WINNIPEG — Manitoba's education minister says he wants to repair relationships with teachers and parents who were highly critical of a bill the new premier has promised to scrap.
Cliff Cullen says the bill, which would have eliminated all English-language elected school boards, is in the past and his door is open for any discussions about education in the province.
Kelvin Goertzen, who was chosen interim leader of the governing Progressive Conservatives this week, has said he will kill the bill that was widely opposed.
Lawn signs denouncing it sprang up across the province and critics raised questions about why the government was planning to forge ahead with an overhaul to public education during a pandemic.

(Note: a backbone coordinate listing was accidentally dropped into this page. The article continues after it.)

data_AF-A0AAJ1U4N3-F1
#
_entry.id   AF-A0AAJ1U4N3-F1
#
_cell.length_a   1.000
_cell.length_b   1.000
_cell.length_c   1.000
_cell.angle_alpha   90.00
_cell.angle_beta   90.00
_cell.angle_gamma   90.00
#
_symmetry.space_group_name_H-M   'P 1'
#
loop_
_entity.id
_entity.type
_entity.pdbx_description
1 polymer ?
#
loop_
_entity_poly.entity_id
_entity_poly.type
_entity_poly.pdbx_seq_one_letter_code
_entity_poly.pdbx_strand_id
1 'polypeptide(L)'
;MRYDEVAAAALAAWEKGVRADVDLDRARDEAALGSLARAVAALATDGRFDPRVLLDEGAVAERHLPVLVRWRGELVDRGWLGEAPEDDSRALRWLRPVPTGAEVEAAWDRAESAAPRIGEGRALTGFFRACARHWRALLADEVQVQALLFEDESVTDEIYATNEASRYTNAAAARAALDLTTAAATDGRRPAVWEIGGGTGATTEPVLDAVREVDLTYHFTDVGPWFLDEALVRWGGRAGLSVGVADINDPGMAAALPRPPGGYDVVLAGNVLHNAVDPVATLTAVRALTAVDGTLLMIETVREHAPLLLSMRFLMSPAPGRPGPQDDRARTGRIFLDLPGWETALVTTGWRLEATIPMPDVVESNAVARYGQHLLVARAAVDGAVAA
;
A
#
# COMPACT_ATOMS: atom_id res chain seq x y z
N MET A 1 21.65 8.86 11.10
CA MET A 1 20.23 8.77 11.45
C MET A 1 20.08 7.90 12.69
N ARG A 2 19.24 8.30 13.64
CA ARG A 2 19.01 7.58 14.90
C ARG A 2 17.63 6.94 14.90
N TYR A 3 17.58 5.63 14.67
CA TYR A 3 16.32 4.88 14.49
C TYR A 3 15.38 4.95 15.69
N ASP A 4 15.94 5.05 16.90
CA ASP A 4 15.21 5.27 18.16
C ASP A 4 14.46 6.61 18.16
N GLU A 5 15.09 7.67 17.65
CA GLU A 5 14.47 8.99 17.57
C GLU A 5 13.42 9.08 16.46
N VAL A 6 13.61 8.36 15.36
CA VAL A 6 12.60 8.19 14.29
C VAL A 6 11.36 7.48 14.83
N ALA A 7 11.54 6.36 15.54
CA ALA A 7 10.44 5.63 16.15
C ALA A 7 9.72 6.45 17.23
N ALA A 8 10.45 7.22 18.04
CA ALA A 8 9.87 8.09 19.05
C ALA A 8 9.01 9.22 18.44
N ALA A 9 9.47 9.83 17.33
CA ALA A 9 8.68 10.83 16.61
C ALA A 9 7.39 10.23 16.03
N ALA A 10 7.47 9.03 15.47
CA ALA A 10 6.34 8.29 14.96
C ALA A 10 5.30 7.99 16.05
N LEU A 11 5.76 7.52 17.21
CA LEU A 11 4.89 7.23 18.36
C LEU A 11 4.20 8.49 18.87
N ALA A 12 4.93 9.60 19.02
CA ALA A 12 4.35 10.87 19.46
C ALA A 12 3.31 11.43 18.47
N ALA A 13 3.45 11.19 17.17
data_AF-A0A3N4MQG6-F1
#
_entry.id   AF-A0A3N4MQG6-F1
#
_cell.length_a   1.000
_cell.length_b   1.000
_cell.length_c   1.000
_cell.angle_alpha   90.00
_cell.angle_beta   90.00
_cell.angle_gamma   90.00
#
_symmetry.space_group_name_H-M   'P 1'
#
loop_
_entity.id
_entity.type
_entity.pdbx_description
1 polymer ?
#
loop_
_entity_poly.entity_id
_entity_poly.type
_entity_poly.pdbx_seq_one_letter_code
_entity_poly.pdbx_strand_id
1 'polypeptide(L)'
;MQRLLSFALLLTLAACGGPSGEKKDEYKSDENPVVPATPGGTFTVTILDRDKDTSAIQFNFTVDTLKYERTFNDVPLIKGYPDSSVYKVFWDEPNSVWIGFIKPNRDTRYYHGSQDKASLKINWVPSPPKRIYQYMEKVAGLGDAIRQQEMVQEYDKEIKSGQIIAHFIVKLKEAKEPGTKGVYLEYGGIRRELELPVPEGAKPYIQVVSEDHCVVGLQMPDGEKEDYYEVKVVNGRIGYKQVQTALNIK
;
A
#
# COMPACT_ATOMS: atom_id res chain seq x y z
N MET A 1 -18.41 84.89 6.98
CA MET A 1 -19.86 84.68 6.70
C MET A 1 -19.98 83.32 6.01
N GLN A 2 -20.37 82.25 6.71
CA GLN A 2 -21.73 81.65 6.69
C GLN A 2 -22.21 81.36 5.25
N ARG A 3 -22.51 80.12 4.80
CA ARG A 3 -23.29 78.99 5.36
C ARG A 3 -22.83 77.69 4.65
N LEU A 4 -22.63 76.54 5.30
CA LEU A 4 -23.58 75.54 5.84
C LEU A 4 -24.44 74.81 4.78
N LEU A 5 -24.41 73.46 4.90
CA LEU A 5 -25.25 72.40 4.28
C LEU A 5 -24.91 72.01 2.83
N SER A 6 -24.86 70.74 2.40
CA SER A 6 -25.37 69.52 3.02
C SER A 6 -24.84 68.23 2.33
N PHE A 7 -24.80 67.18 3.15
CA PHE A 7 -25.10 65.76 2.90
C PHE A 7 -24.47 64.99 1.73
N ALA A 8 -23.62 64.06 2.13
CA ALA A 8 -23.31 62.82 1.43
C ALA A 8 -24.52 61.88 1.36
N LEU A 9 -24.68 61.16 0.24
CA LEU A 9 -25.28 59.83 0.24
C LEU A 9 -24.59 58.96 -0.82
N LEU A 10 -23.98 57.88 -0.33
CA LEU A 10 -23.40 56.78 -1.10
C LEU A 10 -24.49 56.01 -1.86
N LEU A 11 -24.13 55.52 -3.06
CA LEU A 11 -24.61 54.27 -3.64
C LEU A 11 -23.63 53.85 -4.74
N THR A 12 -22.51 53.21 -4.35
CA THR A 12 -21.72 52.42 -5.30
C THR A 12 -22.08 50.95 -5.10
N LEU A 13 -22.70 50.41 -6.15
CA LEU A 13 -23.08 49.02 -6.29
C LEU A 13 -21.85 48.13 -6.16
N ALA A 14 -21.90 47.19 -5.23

Cullen says the bill was a "lightning rod" and distracted from shared priorities to improve education and student outcomes.
He says the government is planning to form another curriculum framework with input from the public.
"At this time we are pausing some of this work as we focus on COVID-19 (and) return to classes amid the fourth wave," Cullen said Thursday.
"This is a journey. It's not a sprint."
He admitted the province's relationship with education leaders was damaged by the bill.
This report by The Canadian Press was first published Sept. 9, 2021.
The Canadian Press